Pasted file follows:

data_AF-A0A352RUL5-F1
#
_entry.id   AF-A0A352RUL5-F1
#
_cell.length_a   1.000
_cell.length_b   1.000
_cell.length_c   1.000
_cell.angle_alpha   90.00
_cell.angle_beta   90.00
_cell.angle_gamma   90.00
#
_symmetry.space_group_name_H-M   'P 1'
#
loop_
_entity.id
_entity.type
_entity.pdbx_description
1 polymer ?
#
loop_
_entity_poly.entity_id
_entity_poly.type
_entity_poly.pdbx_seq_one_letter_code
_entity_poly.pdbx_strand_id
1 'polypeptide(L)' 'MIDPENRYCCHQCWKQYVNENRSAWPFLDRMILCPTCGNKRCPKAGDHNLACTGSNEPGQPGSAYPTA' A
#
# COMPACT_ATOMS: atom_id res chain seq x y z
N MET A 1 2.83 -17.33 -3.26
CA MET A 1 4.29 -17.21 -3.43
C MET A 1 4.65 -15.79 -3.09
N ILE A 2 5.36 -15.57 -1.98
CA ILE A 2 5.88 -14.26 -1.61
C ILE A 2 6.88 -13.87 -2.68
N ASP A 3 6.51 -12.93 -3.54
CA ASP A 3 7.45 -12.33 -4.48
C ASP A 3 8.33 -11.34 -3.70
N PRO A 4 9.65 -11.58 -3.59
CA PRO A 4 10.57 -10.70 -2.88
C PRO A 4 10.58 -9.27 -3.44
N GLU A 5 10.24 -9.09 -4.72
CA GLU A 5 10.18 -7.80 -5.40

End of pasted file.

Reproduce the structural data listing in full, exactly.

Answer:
data_AF-A0A352RUL5-F1
#
_entry.id   AF-A0A352RUL5-F1
#
_cell.length_a   1.000
_cell.length_b   1.000
_cell.length_c   1.000
_cell.angle_alpha   90.00
_cell.angle_beta   90.00
_cell.angle_gamma   90.00
#
_symmetry.space_group_name_H-M   'P 1'
#
loop_
_entity.id
_entity.type
_entity.pdbx_description
1 polymer ?
#
loop_
_entity_poly.entity_id
_entity_poly.type
_entity_poly.pdbx_seq_one_letter_code
_entity_poly.pdbx_strand_id
1 'polypeptide(L)' 'MIDPENRYCCHQCWKQYVNENRSAWPFLDRMILCPTCGNKRCPKAGDHNLACTGSNEPGQPGSAYPTA' A
#
# COMPACT_ATOMS: atom_id res chain seq x y z
N MET A 1 2.83 -17.33 -3.26
CA MET A 1 4.29 -17.21 -3.43
C MET A 1 4.65 -15.79 -3.09
N ILE A 2 5.36 -15.57 -1.98
CA ILE A 2 5.88 -14.26 -1.61
C ILE A 2 6.88 -13.87 -2.68
N ASP A 3 6.51 -12.93 -3.54
CA ASP A 3 7.45 -12.33 -4.48
C ASP A 3 8.33 -11.34 -3.70
N PRO A 4 9.65 -11.58 -3.59
CA PRO A 4 10.57 -10.70 -2.88
C PRO A 4 10.58 -9.27 -3.44
N GLU A 5 10.24 -9.09 -4.72
CA GLU A 5 10.18 -7.80 -5.40